When does social entrepreneurship start making more harm than good?

April 6, 2011 at 1:07 am Leave a comment

Pic: PF
A big part from working with social issues is to understand the pitfalls that these convey. Pablo Fernández a business-management alumni from PUC Chile and Master student from Stanford places upfront the controversy on “first world” NGO’s trying to solve some foreign problems. He reports from Kenya:
“I just came back from Nairobi, Kenya, one of the poorest countries in the world (147 of 182 according to the UN within the countries with data), where we had the chance to visit two of the biggest slums in Nairobi; Mathare and Kibera. People told us that in Kibera there are more NGO’s than toilets. Although this may sound funny, it is completely true; there is almost one or two NGO trying to solve one of the many problems you will find, and most of the time they don’t talk or share their success (and even more important, their failures and learning). From education and sanitation issues to human rights there are a broad range of institutions and people submitting proposals to get money for their projects. And at some point you start realizing that the whole village is run by NGOs on foreign aid.


Pic: Stanford Student’s visit 2011 [PF]

The problem seems to be that most of these help is delivered in the way of assistance rather than partnerships looking to develop local capacity. In many cases, NGOs bring their help without further consideration for the local environment, and most of the time without having a deep understanding of the problem and the circumstances. This problem is more broad and usual that what we might think. According to Donaldson [2009]

 

‘Ethiopia—which have a large number of technical non-governmental organizations (NGOs) and utilize expatriate skills— ironically have a surplus of unemployed or underemployed engineers’.

The local engineers are poorly trained and don’t have the skills necessary to solve the immediate problems, competing in disadvantage with foreign engineers brought by NGOs. The lack of a broader view and a sustainable approach when tackling a problem can inflict huge harm, condemning a country to leave solely on foreign aid, and not being able to build local capabilities to face their challenges.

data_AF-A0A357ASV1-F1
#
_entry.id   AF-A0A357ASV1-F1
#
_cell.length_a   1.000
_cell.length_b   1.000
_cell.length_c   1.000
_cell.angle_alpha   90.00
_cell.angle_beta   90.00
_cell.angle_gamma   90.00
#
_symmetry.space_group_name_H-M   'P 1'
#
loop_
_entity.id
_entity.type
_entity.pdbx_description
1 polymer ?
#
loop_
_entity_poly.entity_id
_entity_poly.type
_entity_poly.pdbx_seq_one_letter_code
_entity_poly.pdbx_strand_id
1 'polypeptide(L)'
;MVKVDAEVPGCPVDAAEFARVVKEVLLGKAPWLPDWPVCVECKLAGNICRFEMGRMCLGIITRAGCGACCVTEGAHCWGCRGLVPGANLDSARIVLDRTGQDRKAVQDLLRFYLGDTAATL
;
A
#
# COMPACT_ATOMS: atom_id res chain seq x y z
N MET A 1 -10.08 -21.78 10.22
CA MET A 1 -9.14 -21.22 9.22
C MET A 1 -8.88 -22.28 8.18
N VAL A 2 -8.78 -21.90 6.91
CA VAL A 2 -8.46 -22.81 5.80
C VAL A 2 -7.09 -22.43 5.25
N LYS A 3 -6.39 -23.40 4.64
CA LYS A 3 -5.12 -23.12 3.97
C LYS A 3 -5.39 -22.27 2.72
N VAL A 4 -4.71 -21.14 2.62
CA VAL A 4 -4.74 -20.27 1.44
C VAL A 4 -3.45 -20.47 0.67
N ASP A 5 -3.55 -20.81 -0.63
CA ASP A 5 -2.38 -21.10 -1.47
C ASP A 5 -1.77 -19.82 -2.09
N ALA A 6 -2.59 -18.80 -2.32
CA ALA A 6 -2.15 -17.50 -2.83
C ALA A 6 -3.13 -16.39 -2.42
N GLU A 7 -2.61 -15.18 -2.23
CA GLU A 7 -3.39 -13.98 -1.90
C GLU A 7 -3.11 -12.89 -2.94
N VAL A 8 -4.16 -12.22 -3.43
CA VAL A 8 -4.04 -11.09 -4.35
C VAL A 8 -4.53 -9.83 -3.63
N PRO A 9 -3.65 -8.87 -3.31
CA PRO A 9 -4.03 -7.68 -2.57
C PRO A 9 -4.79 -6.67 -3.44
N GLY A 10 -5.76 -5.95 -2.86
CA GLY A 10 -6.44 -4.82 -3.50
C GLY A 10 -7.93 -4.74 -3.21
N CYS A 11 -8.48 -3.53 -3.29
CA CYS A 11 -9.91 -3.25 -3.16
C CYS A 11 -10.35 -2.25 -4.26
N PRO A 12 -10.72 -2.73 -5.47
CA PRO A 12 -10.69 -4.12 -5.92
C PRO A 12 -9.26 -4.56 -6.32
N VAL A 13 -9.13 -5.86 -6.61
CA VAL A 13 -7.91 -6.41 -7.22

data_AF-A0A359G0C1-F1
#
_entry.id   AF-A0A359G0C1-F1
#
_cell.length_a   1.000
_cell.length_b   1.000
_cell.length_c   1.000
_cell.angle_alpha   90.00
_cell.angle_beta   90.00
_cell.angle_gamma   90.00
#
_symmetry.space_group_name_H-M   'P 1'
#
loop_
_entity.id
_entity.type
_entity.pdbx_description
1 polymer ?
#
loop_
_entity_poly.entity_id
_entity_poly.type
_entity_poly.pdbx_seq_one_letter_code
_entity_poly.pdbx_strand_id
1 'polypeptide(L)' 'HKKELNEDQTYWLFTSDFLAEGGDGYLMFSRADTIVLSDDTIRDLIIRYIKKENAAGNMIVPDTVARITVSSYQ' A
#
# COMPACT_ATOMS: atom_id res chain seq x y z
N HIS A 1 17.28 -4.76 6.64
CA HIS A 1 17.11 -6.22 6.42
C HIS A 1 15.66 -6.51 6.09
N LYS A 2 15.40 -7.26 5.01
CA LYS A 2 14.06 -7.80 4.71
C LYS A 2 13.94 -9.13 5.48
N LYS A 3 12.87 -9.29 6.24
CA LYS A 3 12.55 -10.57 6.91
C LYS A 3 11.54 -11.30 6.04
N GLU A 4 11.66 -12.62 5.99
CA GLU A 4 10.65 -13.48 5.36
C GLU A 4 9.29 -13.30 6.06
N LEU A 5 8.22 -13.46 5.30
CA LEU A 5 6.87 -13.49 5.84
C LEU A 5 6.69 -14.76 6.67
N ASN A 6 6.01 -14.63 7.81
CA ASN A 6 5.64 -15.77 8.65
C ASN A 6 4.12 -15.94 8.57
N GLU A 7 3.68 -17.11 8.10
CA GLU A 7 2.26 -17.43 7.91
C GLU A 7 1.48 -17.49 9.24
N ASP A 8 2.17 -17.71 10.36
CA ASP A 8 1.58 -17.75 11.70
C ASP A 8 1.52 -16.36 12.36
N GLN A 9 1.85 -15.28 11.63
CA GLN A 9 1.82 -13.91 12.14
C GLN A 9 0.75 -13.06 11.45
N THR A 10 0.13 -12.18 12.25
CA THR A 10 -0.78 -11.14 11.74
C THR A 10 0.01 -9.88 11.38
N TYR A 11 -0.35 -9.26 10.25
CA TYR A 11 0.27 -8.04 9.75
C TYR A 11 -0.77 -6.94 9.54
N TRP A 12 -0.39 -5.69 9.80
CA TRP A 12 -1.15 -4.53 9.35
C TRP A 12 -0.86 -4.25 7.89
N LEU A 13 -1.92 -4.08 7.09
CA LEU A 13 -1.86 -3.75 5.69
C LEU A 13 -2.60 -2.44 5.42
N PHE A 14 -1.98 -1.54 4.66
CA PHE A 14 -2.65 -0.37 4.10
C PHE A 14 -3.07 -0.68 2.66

Don’t get my wrong; I’m not against ”

Entry filed under: BOP, Community, Ethics, Public Policies. Tags: .

Designing for real autonomy Know your onions, why the digital humanities should give more relevance to the end-user

Leave a Reply

Fill in your details below or click an icon to log in:

WordPress.com Logo

You are commenting using your WordPress.com account. Log Out / Change )

Twitter picture

You are commenting using your Twitter account. Log Out / Change )

Facebook photo

You are commenting using your Facebook account. Log Out / Change )

Google+ photo

You are commenting using your Google+ account. Log Out / Change )

Connecting to %s

Trackback this post  |  Subscribe to the comments via RSS Feed


contact + citing (CC license)

Constanza Miranda PhD(c) design.anthro
* Currently @ DILAB
*
NCSU
* Ex.VR @ Stanford's Center for Design Research [DesignXLab]
* Ex.Instructor @ PUC Chile [Design+Engineering]
Use citations ¡Citar es ético!
Creative Commons License
Design for Social Innovation initiative by Constanza Miranda is licensed under a Creative Commons Attribution-Noncommercial-No Derivative Works 3.0 United States License.
Based on a work at www.innovacionsocial.cl.

Like us on Facebook